The seven-track mixtape, formally dubbed a “playlist” by the artist, is RM’s second, following 2015’s self-titled RM (released as Rap Monster), and does an about-face from that release’s largely bellicose nature in favor of a more introspective mixtape. Featuring songs performed in both Korean and English, Mono was released simultaneously with a music video for the finale “Forever Rain.”
A feeling of weariness and loneliness pervades the soft-rock-imbued track — and the new mixtape as a whole — with lilting beats and gentle strumming guiding RM’s soft raps and an almost desperate repetition of the song’s title phrase in both English and Korean. “I wish it rains all day/Cuz then people wouldn’t stare at me,” he raps melancholically over the gentle melody. “Cuz the umbrella would cover the sad face sad face/Cuz in the rain people are busy minding themselves.” The song is a conscientious slowing-down for RM, who refers to his fast-paced life and flow in the lyrics.
“Forever Rain” is preceded on Mono by six other tracks, leading leads off with a pair of city-oriented tracks “Tokyo” and “Seoul.” The melancholic, piano-based former is an ambient tune about a sense of unknowing, longing, and pain performed in English before ending with the incorporation of traditional eastern strings, grating synths, and a hypnotic whistling over subtle sounds of a city. Meanwhile, “Seoul” is produced by English electronic duo Honne, who have seen major success in Asia, and is a gently rhythmic tune about love and hate. It, like “Tokyo,” features an atmospheric soundscape, blending silence and echoing synths, and addresses his mixed feelings towards the city he lives in.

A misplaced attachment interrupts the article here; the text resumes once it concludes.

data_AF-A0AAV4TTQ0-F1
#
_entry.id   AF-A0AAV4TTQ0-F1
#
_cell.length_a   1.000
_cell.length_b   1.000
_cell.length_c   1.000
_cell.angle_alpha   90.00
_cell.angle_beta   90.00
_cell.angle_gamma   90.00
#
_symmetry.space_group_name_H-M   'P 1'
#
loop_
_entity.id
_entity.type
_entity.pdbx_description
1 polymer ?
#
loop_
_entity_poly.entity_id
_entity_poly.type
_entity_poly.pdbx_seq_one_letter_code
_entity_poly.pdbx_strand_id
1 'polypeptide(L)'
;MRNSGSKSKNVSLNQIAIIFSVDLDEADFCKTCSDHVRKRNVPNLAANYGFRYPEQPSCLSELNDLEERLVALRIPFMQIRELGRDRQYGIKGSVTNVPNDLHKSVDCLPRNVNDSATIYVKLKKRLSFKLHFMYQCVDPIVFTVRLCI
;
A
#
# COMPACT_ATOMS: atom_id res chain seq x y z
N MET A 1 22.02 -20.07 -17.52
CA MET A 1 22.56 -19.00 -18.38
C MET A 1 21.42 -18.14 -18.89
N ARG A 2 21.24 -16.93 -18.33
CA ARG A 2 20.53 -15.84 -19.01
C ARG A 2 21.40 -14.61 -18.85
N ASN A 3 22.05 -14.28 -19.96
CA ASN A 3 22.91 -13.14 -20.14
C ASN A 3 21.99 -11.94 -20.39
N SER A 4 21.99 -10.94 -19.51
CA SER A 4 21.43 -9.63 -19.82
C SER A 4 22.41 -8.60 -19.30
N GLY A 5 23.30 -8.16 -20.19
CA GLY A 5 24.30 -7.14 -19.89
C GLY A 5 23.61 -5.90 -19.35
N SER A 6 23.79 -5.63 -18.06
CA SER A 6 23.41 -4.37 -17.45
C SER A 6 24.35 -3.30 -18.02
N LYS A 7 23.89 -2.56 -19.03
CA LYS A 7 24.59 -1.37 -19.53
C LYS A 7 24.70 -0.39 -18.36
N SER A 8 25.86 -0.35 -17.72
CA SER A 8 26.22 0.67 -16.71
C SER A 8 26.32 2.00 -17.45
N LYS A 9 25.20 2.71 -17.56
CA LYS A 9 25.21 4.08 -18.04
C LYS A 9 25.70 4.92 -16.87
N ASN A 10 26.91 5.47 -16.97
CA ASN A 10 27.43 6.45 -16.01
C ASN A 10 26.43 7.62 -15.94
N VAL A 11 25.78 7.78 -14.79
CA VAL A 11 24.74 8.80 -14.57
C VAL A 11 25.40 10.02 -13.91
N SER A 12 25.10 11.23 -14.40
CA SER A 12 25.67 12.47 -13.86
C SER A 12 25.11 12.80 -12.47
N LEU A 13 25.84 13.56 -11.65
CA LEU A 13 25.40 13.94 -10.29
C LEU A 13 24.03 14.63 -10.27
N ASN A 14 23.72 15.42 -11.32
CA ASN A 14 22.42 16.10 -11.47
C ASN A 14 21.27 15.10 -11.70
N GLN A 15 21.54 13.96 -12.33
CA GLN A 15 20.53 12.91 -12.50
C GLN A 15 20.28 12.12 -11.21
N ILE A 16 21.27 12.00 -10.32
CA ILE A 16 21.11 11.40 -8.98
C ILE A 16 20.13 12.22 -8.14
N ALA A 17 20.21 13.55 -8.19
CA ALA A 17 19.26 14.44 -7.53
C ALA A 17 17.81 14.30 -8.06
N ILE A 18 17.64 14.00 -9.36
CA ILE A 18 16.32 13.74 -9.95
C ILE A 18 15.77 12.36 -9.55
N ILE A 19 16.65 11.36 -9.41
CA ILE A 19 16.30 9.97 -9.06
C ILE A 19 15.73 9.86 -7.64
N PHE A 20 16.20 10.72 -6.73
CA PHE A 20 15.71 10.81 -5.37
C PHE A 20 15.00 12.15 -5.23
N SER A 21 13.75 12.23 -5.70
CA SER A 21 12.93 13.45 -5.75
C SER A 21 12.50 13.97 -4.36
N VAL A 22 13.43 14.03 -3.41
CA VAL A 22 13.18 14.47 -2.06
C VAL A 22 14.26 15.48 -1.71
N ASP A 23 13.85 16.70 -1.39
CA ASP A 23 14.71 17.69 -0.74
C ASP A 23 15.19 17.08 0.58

Mono then leads into “Moonchild,” a smooth, bilingual alt R&B track about the titular persona coming into one’s own; the term was previously alluded to in RM & V’s “4 O’Clock,” released last year as part of BTS’ 4th anniversary celebration. Up next is “Badbye,” one of two collabs on the album, and the briefest track at just under two minutes. Featuring Korean indie artist eAeon, a soloist known for his haunting electronic sounds and work in the duo Mot, the sorrowful song is dominated by his distorted vocals, forceful, resounding beats, and twinkling synths, with RM heard beneath the song’s main, gloomy melody. It’s followed by the reverberating synths of “Uhgood,” a pensive track on loneliness; its English title is a homonym to its Korean one “??,” which is related to a sense of being off or dislocated and exploration of the sense of self, a theme that RM talked about at the United Nations last month.
The penultimate track of Mono is the sprightly “Everythingoes” with Nell. Like all of the band’s tracks, it features a lush, resounding electro-rock melody, and it builds steadily as RM and lead vocalist Kim Jong Wan, who co-produced the song together, layer their vocals together. The airy tone is bisected by a characteristic, forceful rap from RM as he ruminates on life and its fleeting hardships, before ending off with the sound of rain, leading into “Forever Rain.”
RM produced the entire album with Pdogg and Hiss Noise, and is credited with composing all seven tracks and writing all the lyrics, while he also acted as co-producer on each song with their respective songwriters.
Mono was released for free and is available through download links shared by BTS and also available on digital music sites. It came out shortly after BTS completed the European leg of their Love Yourself world tour, which has seen the septet sell-out cities around the globe. It is the first album from BTS since the release of their chart-topping Love Yourself: Answer in August.
Upon its release, several hashtags and song titles off of Mono trended worldwide on Twitter.
Watch RM’s new video and stream Mono below.